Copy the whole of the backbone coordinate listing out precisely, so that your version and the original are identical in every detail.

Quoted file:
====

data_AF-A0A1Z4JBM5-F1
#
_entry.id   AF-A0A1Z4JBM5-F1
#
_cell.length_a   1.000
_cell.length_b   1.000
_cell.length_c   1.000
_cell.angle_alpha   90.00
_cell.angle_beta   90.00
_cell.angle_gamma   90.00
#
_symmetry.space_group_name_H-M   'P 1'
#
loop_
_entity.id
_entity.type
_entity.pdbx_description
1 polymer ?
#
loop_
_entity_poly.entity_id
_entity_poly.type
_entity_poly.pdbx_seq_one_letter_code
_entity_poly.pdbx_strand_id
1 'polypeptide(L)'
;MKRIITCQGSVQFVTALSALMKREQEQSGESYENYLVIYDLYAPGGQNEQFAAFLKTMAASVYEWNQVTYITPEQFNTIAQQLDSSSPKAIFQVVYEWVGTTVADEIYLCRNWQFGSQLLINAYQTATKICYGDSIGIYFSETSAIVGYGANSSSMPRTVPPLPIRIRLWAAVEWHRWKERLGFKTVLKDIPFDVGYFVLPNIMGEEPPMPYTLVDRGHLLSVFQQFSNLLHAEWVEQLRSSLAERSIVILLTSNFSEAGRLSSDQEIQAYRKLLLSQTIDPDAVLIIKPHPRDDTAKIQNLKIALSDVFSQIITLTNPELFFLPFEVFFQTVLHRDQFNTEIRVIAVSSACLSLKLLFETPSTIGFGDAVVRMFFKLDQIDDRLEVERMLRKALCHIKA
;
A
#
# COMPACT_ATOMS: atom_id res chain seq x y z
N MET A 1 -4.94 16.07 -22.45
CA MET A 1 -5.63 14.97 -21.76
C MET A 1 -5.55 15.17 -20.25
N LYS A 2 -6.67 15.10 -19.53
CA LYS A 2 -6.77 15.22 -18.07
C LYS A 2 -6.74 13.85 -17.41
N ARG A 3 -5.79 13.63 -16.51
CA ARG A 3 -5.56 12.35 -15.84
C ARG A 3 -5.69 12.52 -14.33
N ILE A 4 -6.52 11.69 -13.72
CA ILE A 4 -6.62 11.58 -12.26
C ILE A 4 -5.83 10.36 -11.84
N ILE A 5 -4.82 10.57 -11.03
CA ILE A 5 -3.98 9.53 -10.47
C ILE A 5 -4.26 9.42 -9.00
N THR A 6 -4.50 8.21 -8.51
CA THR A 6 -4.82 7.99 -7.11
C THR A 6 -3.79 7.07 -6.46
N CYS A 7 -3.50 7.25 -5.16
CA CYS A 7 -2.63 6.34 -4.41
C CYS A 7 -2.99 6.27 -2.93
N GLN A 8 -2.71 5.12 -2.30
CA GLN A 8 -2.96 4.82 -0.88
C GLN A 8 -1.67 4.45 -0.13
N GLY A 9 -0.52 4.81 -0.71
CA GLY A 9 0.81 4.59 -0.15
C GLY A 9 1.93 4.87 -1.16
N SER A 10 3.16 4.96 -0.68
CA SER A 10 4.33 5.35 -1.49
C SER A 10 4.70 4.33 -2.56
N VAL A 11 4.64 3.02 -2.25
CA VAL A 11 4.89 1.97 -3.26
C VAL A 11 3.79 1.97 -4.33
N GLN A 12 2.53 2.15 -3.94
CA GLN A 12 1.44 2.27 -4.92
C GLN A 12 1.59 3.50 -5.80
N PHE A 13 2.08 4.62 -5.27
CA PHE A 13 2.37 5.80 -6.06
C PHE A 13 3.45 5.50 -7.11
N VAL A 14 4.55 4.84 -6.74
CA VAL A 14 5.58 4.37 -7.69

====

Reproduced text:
data_AF-A0A1Z4JBM5-F1
#
_entry.id   AF-A0A1Z4JBM5-F1
#
_cell.length_a   1.000
_cell.length_b   1.000
_cell.length_c   1.000
_cell.angle_alpha   90.00
_cell.angle_beta   90.00
_cell.angle_gamma   90.00
#
_symmetry.space_group_name_H-M   'P 1'
#
loop_
_entity.id
_entity.type
_entity.pdbx_description
1 polymer ?
#
loop_
_entity_poly.entity_id
_entity_poly.type
_entity_poly.pdbx_seq_one_letter_code
_entity_poly.pdbx_strand_id
1 'polypeptide(L)'
;MKRIITCQGSVQFVTALSALMKREQEQSGESYENYLVIYDLYAPGGQNEQFAAFLKTMAASVYEWNQVTYITPEQFNTIAQQLDSSSPKAIFQVVYEWVGTTVADEIYLCRNWQFGSQLLINAYQTATKICYGDSIGIYFSETSAIVGYGANSSSMPRTVPPLPIRIRLWAAVEWHRWKERLGFKTVLKDIPFDVGYFVLPNIMGEEPPMPYTLVDRGHLLSVFQQFSNLLHAEWVEQLRSSLAERSIVILLTSNFSEAGRLSSDQEIQAYRKLLLSQTIDPDAVLIIKPHPRDDTAKIQNLKIALSDVFSQIITLTNPELFFLPFEVFFQTVLHRDQFNTEIRVIAVSSACLSLKLLFETPSTIGFGDAVVRMFFKLDQIDDRLEVERMLRKALCHIKA
;
A
#
# COMPACT_ATOMS: atom_id res chain seq x y z
N MET A 1 -4.94 16.07 -22.45
CA MET A 1 -5.63 14.97 -21.76
C MET A 1 -5.55 15.17 -20.25
N LYS A 2 -6.67 15.10 -19.53
CA LYS A 2 -6.77 15.22 -18.07
C LYS A 2 -6.74 13.85 -17.41
N ARG A 3 -5.79 13.63 -16.51
CA ARG A 3 -5.56 12.35 -15.84
C ARG A 3 -5.69 12.52 -14.33
N ILE A 4 -6.52 11.69 -13.72
CA ILE A 4 -6.62 11.58 -12.26
C ILE A 4 -5.83 10.36 -11.84
N ILE A 5 -4.82 10.57 -11.03
CA ILE A 5 -3.98 9.53 -10.47
C ILE A 5 -4.26 9.42 -9.00
N THR A 6 -4.50 8.21 -8.51
CA THR A 6 -4.82 7.99 -7.11
C THR A 6 -3.79 7.07 -6.46
N CYS A 7 -3.50 7.25 -5.16
CA CYS A 7 -2.63 6.34 -4.41
C CYS A 7 -2.99 6.27 -2.93
N GLN A 8 -2.71 5.12 -2.30
CA GLN A 8 -2.96 4.82 -0.88
C GLN A 8 -1.67 4.45 -0.13
N GLY A 9 -0.52 4.81 -0.71
CA GLY A 9 0.81 4.59 -0.15
C GLY A 9 1.93 4.87 -1.16
N SER A 10 3.16 4.96 -0.68
CA SER A 10 4.33 5.35 -1.49
C SER A 10 4.70 4.33 -2.56
N VAL A 11 4.64 3.02 -2.25
CA VAL A 11 4.89 1.97 -3.26
C VAL A 11 3.79 1.97 -4.33
N GLN A 12 2.53 2.15 -3.94
CA GLN A 12 1.44 2.27 -4.92
C GLN A 12 1.59 3.50 -5.80
N PHE A 13 2.08 4.62 -5.27
CA PHE A 13 2.37 5.80 -6.06
C PHE A 13 3.45 5.50 -7.11
N VAL A 14 4.55 4.84 -6.74
CA VAL A 14 5.58 4.37 -7.69